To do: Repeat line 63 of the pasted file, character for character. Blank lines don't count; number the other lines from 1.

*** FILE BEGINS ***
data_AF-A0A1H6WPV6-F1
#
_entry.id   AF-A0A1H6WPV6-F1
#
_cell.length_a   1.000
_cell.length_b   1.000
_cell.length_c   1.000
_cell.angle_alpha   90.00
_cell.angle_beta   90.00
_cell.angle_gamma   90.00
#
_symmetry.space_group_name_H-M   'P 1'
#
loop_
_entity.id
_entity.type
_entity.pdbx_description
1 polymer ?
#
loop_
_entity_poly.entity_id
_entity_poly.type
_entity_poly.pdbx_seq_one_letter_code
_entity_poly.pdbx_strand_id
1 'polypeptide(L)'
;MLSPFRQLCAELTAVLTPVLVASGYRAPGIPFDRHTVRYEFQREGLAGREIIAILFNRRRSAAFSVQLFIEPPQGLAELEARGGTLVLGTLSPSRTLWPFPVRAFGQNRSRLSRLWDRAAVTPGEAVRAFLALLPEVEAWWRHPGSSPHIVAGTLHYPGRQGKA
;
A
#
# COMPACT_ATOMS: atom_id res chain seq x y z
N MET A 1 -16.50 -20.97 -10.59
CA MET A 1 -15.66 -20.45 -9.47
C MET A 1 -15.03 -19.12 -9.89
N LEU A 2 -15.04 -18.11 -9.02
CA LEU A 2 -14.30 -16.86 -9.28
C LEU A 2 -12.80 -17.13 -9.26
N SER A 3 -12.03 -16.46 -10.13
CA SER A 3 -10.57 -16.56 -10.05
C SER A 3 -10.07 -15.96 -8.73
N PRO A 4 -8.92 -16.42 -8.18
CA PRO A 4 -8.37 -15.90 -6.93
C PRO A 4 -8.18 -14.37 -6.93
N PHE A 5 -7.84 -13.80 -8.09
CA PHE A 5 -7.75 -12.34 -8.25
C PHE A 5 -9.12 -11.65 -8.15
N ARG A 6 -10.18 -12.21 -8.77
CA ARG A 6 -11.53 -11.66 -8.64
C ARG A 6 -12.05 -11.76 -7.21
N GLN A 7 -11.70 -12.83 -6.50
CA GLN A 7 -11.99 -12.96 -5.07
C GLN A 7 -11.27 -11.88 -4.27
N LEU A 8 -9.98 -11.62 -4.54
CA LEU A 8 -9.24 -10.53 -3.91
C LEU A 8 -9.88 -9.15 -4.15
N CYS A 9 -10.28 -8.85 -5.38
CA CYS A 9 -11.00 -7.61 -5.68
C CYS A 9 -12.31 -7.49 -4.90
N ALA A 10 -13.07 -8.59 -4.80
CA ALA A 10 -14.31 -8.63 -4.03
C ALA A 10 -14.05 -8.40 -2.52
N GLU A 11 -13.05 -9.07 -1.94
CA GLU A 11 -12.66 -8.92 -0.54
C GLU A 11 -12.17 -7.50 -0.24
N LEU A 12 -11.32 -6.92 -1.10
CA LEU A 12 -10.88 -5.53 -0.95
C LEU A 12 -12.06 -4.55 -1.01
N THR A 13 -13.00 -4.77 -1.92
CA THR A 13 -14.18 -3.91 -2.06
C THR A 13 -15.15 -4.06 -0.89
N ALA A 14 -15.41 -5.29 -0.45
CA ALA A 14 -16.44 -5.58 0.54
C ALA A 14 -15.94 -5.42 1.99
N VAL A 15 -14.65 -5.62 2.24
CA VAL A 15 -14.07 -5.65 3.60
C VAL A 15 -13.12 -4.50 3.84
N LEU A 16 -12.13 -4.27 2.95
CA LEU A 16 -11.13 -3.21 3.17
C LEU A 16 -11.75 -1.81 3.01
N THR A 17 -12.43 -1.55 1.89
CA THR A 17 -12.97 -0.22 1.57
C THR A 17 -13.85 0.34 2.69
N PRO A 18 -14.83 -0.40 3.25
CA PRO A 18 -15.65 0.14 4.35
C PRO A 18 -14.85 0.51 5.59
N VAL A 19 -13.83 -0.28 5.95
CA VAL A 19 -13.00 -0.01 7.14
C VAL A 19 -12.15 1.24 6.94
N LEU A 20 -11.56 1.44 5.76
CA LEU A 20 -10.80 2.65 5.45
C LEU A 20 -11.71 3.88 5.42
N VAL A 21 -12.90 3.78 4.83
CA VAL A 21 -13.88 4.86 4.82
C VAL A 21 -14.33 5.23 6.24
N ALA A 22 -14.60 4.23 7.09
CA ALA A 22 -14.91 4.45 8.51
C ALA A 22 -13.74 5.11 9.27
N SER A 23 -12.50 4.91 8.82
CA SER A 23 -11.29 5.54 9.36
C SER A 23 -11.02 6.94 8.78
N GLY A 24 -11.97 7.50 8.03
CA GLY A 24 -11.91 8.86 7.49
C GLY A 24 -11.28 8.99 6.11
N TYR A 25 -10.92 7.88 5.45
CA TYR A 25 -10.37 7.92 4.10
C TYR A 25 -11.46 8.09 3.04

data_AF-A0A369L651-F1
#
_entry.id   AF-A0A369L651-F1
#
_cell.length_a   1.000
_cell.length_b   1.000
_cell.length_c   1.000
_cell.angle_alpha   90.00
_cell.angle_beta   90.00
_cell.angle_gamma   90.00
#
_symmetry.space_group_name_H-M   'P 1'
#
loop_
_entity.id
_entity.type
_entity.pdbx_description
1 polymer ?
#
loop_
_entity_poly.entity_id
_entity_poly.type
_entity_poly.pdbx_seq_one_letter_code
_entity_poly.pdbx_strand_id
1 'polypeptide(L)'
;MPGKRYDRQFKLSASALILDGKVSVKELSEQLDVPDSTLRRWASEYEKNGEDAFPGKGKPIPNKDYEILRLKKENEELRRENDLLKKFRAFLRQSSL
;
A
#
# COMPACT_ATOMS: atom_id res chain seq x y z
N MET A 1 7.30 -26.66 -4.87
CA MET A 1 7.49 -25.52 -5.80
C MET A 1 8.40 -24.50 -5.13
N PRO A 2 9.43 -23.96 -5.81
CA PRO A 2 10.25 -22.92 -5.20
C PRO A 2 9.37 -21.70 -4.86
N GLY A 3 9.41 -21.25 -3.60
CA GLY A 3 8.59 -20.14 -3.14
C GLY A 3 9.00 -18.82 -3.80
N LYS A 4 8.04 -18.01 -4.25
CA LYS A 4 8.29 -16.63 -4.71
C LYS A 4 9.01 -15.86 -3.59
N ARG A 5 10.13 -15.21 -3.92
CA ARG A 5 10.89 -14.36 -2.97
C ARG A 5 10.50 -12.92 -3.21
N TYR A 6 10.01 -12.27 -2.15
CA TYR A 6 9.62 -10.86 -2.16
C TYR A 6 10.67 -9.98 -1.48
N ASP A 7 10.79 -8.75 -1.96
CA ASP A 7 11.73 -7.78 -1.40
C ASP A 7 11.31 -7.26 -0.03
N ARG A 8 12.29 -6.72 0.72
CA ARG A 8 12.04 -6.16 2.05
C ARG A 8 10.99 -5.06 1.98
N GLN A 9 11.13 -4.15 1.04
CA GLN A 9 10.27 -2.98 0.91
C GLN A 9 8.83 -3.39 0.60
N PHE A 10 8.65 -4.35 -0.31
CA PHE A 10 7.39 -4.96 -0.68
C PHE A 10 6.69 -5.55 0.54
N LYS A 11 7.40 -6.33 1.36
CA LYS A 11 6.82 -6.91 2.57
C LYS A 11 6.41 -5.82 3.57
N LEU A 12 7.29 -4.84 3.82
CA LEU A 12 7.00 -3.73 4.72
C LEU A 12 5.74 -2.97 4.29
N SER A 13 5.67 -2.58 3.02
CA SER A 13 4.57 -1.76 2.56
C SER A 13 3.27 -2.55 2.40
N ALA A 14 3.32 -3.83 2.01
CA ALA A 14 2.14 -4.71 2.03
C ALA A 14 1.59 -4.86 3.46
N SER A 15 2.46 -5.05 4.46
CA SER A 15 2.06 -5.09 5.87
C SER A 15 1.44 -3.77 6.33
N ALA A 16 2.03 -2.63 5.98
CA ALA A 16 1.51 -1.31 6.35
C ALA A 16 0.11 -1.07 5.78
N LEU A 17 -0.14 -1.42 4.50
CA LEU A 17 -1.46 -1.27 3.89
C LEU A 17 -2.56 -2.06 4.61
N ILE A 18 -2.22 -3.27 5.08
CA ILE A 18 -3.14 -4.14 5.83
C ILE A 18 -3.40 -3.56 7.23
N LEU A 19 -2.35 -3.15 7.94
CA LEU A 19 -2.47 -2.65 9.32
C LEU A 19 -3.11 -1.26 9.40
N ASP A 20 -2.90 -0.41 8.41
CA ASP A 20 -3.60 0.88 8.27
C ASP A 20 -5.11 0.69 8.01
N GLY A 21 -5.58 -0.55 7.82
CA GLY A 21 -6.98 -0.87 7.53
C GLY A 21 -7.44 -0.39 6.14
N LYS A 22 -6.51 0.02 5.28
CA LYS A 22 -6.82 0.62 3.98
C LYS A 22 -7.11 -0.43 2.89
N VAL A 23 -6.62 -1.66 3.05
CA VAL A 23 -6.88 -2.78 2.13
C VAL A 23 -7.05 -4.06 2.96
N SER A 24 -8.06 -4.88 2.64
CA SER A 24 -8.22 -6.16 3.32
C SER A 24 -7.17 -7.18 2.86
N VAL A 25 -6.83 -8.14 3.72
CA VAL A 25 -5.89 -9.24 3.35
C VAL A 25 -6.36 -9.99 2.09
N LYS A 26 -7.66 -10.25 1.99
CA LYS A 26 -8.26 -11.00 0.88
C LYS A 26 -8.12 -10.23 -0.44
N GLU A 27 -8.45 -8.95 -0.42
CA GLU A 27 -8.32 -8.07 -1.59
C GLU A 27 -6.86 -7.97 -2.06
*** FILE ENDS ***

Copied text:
C GLU A 11 -12.17 -7.50 -0.24